Most debris gone from illegal dump site
Bricks, boxes and random collectibles still clutter the front entrance, but a Lost Springs property once deemed an illegal dump site is no longer buried in wood pallets and piles of trash.
City councilman Jessica Moenning is grateful for improvements, at 106 S. Berry that were the result of a week’s cleanup by county employees.
“It’s a lot better than what it was,” she said.
The county deemed three properties occupied by Steve Williams illegal dump sites in November after residents complained about trash, waste, and debris, planning and zoning director Sharon Omstead said.
The Kansas Department of Health and Environment will reimburse the county up to 75% of the cleanup’s costs.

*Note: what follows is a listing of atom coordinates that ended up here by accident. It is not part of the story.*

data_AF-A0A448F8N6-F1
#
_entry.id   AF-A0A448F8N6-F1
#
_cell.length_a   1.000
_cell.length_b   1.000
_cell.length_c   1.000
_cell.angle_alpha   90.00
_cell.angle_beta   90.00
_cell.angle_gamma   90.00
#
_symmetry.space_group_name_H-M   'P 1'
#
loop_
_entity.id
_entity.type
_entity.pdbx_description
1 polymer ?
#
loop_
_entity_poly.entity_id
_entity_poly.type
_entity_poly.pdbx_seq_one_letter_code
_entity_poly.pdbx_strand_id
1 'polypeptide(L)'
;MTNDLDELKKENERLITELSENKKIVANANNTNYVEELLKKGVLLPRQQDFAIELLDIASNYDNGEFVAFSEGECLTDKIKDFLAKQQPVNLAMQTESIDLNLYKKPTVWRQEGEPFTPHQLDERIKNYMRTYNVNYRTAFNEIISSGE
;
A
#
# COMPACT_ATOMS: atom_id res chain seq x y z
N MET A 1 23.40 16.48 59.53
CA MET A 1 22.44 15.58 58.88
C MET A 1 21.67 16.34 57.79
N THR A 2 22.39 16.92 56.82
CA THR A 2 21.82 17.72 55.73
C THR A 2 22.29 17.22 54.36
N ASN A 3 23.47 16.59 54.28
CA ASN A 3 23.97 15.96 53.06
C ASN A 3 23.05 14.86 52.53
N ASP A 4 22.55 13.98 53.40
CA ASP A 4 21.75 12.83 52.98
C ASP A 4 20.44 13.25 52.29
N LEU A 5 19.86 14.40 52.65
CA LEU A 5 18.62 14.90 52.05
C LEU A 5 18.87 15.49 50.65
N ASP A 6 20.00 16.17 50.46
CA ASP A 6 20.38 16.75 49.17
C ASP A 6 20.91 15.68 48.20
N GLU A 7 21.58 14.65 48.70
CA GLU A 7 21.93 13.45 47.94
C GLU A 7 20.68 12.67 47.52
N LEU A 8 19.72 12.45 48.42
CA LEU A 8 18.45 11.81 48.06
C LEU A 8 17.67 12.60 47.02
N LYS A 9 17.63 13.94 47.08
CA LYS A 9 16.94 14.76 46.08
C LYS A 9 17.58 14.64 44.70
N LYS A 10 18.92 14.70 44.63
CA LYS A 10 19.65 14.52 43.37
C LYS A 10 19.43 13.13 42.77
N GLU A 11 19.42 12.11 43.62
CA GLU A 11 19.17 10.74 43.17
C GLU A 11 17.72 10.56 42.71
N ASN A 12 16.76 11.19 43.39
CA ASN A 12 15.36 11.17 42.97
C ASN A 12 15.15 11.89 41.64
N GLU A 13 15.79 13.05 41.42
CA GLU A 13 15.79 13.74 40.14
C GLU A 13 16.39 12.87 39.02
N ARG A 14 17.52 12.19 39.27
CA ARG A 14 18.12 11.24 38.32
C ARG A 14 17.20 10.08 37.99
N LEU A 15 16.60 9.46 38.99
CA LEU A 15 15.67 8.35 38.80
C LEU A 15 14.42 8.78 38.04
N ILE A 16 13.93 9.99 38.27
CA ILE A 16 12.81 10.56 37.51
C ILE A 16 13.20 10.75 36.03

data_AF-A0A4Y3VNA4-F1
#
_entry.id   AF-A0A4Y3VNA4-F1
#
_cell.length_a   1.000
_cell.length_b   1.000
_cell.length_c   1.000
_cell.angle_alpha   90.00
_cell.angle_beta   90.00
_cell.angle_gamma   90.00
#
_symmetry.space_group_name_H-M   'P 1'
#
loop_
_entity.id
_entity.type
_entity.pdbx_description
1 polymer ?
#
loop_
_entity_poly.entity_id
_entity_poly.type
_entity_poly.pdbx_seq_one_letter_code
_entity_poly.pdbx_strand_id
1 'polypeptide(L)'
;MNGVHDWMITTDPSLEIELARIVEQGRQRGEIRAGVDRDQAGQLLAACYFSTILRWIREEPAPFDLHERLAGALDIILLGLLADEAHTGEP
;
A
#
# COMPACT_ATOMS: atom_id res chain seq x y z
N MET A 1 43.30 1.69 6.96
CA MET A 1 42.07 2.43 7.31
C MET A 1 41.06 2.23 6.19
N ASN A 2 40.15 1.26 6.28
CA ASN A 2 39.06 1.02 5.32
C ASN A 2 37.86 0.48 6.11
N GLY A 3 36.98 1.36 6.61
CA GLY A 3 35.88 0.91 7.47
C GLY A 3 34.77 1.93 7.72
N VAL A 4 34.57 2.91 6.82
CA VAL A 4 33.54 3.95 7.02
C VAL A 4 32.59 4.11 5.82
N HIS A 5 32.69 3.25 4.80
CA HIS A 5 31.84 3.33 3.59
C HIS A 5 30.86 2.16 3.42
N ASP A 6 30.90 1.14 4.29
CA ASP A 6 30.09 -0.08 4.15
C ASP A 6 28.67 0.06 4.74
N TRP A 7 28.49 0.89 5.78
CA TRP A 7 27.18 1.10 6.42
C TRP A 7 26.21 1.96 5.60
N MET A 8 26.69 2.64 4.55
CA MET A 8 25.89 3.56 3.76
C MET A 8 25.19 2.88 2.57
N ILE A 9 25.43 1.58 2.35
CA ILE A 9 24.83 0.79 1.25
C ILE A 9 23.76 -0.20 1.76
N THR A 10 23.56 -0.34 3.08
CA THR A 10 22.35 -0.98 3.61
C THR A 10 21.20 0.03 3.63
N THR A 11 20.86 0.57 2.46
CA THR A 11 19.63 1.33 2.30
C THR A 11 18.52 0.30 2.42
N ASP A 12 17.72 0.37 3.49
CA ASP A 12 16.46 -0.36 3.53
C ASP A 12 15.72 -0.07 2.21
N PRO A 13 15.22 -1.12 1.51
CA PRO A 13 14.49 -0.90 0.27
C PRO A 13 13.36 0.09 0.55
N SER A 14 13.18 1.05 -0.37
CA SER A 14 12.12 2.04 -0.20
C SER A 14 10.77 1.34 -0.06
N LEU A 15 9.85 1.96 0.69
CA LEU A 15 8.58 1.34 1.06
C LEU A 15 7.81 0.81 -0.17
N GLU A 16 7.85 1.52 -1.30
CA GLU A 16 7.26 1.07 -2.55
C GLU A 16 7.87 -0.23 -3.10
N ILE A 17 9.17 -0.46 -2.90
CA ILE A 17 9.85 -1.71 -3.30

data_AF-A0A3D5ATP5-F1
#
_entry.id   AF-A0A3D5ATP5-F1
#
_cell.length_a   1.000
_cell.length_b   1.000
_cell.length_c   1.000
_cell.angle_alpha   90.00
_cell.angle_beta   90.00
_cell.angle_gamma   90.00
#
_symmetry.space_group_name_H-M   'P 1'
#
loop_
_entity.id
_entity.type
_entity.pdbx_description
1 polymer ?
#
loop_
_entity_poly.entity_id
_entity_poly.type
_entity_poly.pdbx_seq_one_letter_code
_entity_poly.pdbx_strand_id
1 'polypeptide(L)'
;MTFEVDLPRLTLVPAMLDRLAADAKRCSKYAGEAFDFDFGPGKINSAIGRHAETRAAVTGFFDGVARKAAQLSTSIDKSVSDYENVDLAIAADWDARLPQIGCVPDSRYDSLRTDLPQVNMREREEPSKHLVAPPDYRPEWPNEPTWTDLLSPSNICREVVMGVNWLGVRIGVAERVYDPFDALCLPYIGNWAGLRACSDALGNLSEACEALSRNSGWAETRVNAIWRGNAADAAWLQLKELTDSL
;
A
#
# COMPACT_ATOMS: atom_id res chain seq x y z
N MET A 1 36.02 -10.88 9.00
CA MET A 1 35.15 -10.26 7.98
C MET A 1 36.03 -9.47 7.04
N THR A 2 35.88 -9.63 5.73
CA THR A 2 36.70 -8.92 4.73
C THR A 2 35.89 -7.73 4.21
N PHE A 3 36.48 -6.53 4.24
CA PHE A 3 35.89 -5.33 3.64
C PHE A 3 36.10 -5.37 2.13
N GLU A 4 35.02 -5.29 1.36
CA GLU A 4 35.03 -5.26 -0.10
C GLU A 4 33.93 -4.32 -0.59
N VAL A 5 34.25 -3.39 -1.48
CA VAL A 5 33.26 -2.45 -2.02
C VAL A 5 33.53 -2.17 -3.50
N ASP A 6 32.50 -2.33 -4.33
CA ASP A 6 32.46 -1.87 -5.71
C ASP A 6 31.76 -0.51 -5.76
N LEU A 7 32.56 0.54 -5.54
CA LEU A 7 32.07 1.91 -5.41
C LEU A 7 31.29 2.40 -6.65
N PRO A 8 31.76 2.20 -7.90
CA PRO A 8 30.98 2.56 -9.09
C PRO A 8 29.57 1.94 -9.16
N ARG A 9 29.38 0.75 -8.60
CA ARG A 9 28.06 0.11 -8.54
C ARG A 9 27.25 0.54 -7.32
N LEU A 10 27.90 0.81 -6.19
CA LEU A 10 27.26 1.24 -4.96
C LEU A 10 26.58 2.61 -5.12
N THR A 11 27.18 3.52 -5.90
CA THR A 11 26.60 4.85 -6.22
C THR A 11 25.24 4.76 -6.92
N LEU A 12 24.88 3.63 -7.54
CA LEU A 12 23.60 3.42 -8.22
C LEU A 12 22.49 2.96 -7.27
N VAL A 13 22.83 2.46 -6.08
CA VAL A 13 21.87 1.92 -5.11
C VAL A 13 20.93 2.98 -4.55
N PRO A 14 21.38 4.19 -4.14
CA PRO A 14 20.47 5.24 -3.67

Toby Kuhn, an enforcement specialist with the agency, said workers removed all items determined to be solid waste.
Old appliances, household items, waste tires, rotted lumber, and trash all were taken to the Butler County landfill.
“This was pretty typical of what we see across the state and what KDHE gets involved in,” he said, adding Williams was very cooperative throughout the process.
However, the state does not have the authority to remove items from inside a building or on a porch, he said.
“Some of the items on the porch had some value,” he said.
Omstead said residents who have a problem with debris should reach out to their city council and encourage them to implement an ordinance.
Moenning sympathizes with Williams, but is glad the area no longer harbors a potential hazard.
“It’s such a fine line between having the freedom to do what you want to your property and responsibility to neighbors,” she said.
Last modified Jan. 20, 2021